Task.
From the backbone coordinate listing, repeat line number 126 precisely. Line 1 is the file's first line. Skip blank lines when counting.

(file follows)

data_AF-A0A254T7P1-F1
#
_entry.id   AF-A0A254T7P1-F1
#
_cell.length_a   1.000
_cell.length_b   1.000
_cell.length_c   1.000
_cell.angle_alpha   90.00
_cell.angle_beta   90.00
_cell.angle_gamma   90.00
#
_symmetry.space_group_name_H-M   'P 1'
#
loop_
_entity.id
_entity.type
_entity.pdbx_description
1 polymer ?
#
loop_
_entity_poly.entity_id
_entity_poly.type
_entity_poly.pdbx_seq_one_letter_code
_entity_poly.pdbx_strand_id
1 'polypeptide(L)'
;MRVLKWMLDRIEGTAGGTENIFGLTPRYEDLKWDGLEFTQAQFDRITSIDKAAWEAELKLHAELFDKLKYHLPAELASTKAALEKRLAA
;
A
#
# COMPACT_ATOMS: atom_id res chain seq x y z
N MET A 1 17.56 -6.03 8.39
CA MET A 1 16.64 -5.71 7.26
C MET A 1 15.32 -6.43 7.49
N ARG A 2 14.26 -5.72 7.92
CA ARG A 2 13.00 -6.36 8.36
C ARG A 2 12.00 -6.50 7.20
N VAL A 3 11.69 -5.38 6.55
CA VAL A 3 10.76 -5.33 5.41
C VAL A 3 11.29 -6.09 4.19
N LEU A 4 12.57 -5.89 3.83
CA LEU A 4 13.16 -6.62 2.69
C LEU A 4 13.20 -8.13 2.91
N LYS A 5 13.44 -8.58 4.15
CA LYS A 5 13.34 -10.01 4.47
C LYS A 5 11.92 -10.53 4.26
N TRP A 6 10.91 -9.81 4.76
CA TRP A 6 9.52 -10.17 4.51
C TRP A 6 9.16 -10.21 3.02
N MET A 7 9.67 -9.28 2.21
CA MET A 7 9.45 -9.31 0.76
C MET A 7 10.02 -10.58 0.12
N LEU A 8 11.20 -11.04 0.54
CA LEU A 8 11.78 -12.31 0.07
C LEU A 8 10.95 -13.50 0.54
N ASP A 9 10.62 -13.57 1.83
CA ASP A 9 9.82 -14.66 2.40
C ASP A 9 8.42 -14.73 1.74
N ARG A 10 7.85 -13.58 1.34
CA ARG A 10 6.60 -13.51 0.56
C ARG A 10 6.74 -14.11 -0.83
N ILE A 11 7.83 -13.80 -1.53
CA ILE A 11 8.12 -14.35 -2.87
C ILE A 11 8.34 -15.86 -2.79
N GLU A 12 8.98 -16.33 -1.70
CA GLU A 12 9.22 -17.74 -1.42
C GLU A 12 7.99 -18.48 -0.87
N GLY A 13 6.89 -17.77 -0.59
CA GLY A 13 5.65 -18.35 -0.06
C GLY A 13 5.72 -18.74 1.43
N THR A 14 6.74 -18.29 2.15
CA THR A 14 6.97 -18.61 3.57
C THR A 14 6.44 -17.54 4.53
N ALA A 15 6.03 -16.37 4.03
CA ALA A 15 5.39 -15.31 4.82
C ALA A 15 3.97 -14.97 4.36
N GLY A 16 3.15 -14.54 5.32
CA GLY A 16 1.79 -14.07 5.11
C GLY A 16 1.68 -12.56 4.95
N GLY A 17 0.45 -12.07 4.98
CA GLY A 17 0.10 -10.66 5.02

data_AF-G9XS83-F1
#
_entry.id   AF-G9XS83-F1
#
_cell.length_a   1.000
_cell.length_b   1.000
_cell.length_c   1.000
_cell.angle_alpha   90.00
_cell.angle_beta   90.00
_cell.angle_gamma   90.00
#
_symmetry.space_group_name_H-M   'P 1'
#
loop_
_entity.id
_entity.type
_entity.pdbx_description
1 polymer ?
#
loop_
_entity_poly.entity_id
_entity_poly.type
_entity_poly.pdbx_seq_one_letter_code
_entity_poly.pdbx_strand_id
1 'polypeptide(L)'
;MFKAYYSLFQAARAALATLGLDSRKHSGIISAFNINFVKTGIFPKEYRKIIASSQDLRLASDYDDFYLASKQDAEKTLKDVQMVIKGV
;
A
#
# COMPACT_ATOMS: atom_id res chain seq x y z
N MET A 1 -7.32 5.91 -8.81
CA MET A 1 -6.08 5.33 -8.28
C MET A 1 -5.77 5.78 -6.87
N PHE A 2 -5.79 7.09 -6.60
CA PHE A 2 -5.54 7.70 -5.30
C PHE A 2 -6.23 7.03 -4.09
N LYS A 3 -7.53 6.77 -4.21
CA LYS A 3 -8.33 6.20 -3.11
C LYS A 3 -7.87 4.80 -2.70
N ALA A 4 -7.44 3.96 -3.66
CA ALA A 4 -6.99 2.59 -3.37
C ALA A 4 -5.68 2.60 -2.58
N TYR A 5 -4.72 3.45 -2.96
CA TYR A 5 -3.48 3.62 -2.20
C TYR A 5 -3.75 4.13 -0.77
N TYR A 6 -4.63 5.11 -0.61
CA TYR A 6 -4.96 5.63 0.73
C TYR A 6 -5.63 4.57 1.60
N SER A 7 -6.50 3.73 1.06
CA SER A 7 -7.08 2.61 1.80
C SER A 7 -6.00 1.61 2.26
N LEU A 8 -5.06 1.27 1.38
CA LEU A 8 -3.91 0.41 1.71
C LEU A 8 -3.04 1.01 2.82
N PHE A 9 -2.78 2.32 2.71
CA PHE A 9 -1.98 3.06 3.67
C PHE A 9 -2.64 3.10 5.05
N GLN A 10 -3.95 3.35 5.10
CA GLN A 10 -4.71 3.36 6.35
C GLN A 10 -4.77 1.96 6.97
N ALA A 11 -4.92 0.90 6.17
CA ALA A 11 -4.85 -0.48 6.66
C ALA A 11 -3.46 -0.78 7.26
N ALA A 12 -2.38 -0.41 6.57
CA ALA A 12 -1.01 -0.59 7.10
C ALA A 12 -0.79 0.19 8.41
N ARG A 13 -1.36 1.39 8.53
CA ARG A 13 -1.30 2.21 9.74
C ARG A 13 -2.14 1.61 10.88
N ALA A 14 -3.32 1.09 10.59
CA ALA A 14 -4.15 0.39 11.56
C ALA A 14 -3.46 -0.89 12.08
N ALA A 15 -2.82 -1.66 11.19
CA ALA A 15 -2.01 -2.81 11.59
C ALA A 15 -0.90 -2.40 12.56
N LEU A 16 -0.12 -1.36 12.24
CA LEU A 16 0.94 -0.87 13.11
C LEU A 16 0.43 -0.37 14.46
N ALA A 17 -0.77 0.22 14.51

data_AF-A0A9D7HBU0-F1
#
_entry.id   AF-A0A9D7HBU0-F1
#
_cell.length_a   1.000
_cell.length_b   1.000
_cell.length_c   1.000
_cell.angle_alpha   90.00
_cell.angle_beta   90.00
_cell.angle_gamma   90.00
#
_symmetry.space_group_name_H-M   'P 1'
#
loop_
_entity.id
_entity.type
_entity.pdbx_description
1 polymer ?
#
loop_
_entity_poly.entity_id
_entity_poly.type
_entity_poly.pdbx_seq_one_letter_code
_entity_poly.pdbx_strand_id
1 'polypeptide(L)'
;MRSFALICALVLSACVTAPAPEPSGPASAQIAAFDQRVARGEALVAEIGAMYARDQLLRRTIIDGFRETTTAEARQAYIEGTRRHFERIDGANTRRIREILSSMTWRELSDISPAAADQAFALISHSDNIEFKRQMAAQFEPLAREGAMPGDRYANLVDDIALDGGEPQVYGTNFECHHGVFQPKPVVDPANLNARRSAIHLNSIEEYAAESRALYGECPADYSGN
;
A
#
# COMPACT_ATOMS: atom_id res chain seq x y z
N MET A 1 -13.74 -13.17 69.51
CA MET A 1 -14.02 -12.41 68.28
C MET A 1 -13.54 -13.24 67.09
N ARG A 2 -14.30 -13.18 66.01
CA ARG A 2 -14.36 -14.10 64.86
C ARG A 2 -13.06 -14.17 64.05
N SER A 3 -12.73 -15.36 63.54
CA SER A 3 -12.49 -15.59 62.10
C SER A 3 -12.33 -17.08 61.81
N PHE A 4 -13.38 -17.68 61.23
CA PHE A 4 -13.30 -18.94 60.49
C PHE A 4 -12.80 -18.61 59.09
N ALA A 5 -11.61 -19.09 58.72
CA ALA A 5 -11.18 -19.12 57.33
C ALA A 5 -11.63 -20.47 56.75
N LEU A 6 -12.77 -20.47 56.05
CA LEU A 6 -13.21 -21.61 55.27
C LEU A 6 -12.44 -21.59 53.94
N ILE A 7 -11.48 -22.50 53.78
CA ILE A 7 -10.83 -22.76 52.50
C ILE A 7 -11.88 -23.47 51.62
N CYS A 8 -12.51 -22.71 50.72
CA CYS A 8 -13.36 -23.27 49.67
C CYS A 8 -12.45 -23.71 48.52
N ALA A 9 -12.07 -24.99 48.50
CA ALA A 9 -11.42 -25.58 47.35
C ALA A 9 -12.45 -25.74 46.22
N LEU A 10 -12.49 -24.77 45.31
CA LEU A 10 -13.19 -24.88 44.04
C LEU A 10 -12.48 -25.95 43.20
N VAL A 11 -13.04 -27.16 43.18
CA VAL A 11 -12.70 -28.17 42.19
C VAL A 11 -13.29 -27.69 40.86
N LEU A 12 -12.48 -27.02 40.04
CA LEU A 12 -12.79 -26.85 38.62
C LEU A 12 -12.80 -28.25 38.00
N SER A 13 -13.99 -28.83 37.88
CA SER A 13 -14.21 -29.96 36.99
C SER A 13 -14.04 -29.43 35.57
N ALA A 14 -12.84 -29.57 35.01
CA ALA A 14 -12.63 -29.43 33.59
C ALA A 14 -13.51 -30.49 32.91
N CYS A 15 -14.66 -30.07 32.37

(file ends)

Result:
N TYR A 6 -4.63 5.11 -0.61